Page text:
Command of the Royal Air Force ordered the pilots to shoot down UFO

29.01.2009

British fighter pilots since the 1980s tried to shoot down an unidentified flying object in the sky over the country, although no concrete progress in the war with aliens and have not achieved, says Nick Pope, who led in the early 1990s, the project of the Ministry of Defence to study UFOs.
 

"We know of cases where the order was given to shoot down — but it's not a UFO have a special impact" — confessed in an interview with an expert popular tabloid The Sun. According to a number of military if we could knock out one of the unidentified objects, the question of their proiskhozhzhdenii be resolved "one way or another."

Nick Pope has long served in the Ministry of Defence of the United Kingdom as a civilian specialist. From 1991 to 1994 he, along with the main work on the instructions of the authorities investigated reports of encounters with UFOs.

Pope argues that the Air Force attacked not all unidentified objects, but only those from which could pose a threat: in most cases, the pilot took a specific decision. "People do not know what happened, if it does not happen in a densely populated area," — he said.

"I believe that one day we sobem one of them — indicates Nick Pope. — We are creating increasingly sophisticated weapons." He said the statements by the military that UFOs pose no danger to society, do not make sense: "If the investigation is not carried out, how do we know that they are not a threat?" However, an expert in no hurry to tie the UFO with aliens.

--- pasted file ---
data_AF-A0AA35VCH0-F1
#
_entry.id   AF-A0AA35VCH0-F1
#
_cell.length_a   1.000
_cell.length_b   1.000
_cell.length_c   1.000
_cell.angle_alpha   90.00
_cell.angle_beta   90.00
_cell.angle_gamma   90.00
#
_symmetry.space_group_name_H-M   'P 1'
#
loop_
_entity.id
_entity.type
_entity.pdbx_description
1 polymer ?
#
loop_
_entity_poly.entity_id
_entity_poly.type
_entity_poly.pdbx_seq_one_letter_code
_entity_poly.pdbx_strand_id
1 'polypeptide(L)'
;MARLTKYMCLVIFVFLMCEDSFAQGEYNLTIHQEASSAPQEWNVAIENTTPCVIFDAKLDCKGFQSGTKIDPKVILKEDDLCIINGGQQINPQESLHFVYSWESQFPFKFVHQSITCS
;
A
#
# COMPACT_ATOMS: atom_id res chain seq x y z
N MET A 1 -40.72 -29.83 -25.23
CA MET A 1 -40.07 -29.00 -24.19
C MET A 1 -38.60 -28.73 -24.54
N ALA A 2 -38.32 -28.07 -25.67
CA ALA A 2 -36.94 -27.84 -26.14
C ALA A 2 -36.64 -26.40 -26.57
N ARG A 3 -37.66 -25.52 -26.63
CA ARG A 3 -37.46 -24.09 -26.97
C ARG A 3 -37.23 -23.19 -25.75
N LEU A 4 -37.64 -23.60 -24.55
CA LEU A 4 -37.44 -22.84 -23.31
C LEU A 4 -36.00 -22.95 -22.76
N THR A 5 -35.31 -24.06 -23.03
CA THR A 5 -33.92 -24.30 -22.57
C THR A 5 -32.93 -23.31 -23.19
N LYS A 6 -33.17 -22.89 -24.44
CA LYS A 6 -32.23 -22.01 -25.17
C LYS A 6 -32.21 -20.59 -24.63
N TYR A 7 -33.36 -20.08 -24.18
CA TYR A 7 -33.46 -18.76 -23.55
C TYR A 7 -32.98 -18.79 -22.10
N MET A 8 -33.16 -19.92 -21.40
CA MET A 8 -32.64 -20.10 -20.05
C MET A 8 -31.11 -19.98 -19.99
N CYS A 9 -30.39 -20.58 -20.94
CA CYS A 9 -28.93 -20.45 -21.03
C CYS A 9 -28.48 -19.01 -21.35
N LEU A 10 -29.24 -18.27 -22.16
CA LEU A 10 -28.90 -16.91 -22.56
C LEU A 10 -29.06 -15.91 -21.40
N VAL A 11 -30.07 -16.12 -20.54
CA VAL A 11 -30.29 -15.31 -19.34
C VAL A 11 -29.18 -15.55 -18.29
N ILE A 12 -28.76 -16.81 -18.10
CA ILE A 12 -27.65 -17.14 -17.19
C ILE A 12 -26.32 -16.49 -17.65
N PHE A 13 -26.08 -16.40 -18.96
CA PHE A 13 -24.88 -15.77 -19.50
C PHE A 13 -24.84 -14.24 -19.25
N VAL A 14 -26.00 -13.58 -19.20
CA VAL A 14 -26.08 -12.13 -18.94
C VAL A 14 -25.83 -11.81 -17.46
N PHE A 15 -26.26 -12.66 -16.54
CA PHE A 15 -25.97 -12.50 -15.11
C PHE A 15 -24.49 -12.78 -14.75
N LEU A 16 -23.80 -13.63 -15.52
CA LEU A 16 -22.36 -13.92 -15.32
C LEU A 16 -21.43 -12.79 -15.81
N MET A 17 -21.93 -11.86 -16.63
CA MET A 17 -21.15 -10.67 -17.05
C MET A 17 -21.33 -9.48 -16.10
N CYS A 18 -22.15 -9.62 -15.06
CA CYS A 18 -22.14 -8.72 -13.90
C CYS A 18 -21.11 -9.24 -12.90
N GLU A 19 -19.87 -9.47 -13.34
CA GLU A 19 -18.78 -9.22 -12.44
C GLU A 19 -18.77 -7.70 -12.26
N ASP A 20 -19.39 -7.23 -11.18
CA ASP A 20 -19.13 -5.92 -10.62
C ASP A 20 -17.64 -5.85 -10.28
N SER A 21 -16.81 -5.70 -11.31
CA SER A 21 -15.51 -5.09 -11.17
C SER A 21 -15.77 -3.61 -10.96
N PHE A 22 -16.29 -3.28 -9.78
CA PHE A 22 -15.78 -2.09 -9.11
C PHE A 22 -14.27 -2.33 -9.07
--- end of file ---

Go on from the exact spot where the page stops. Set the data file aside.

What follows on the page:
UK Ministry of Defence refused to comment on the words of the scientist. Still, something about trying to bring down the unidentified objects known, and from official sources. In 2008, Britain announced data on how more than 50 years ago, a fighter pilot was ordered to shoot at a UFO. The pilot, however, was unable to overtake his target.

In May last year, the War Department began airing in the UK National Archives documents that describe the case of contact with unidentified flying objects. Some of the "meeting" is still unexplained, but conclusive evidence of alien encounters Ministry has not found Nick Pope noted that time.

The military decided to publish the documents because of the huge flow of requests from UFO enthusiasts and conspiracy theories on the Freedom of Information Act. "The Ministry is drowning in a sea of requests on UFOs coming under the law on freedom of information, — explained the Pope. — Understand each case individually — this is a terrible administrative burden."

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